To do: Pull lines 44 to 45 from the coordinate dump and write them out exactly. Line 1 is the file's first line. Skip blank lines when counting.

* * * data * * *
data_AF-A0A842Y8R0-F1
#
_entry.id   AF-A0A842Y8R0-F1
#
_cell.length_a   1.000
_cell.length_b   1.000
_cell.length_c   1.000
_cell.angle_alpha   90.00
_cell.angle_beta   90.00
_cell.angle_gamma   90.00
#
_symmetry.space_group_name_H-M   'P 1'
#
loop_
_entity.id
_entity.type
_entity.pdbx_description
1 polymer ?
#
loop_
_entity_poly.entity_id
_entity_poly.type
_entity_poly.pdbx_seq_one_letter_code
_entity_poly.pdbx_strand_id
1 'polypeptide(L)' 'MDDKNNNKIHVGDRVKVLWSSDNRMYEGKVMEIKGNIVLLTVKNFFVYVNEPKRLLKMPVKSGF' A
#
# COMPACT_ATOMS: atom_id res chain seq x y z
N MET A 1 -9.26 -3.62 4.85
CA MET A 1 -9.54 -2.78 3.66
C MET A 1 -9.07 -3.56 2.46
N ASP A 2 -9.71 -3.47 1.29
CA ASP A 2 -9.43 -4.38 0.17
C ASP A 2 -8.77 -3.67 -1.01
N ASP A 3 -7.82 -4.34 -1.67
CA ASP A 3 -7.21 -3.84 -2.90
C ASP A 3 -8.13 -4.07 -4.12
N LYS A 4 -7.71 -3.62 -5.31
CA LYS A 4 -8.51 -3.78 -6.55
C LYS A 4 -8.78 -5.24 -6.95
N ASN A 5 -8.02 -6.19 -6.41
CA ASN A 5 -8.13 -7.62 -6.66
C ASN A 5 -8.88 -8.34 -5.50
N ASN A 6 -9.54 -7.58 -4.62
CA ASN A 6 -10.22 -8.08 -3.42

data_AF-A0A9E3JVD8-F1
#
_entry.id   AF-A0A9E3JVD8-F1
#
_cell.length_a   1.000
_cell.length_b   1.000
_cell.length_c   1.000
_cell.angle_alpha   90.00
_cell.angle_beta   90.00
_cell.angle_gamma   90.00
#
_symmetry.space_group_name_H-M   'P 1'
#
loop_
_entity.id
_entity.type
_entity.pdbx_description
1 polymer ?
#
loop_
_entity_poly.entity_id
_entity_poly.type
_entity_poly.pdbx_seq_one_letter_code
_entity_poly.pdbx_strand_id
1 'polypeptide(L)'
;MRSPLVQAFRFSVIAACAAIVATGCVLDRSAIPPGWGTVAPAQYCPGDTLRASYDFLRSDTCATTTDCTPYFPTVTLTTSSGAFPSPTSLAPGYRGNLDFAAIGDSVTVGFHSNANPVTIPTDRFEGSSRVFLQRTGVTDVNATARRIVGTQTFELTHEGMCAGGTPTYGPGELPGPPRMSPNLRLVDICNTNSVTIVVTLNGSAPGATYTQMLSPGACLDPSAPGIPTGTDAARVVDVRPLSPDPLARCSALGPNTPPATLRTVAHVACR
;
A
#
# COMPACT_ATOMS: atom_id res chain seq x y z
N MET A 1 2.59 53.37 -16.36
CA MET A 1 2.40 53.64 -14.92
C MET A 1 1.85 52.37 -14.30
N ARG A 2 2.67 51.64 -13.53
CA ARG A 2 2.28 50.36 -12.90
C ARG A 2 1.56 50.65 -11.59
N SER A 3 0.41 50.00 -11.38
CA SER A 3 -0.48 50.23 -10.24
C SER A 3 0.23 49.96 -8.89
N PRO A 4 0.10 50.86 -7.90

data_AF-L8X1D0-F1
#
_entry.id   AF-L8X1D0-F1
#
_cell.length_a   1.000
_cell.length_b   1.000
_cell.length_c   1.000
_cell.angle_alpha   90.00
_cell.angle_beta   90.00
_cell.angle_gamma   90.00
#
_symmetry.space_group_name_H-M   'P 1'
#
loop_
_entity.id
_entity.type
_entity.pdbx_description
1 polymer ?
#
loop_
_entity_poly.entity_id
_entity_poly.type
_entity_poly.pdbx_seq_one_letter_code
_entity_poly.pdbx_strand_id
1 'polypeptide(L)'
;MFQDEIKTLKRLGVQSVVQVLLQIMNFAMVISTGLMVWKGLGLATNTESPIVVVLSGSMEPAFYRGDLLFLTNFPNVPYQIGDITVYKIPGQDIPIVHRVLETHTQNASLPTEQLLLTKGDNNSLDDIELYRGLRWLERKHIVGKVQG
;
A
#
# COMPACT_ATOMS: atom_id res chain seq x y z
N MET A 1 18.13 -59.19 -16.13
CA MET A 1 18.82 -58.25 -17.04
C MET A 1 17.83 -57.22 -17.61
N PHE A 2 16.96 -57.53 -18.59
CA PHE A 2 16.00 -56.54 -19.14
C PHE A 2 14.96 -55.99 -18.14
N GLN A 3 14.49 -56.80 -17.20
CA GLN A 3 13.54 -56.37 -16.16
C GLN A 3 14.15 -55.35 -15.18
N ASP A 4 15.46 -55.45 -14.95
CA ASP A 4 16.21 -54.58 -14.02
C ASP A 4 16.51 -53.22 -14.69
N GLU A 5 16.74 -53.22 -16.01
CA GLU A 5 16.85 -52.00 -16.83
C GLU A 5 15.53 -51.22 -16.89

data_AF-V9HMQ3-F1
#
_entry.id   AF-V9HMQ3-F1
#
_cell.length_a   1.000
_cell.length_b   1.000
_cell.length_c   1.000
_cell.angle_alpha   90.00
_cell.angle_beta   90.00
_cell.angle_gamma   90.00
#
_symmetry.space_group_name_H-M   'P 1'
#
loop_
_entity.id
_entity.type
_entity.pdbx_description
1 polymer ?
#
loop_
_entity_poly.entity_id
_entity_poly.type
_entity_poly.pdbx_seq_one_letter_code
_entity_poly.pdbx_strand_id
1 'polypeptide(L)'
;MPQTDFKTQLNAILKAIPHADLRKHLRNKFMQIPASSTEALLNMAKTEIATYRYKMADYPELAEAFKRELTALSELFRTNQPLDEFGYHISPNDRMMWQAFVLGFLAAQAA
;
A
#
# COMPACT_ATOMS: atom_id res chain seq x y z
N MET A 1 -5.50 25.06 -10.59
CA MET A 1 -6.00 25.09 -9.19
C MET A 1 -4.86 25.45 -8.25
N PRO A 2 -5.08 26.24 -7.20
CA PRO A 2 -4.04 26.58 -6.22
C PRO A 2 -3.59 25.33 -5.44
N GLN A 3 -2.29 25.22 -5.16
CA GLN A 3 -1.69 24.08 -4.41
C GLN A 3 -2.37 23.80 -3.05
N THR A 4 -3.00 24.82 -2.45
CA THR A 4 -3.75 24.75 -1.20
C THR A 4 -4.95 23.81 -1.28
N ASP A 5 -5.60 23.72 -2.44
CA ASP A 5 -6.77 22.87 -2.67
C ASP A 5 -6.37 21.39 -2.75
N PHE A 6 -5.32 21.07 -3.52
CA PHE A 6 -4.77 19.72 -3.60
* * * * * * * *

CA ASN A 6 -10.22 -8.08 -3.42

data_AF-A0A9E3JVD8-F1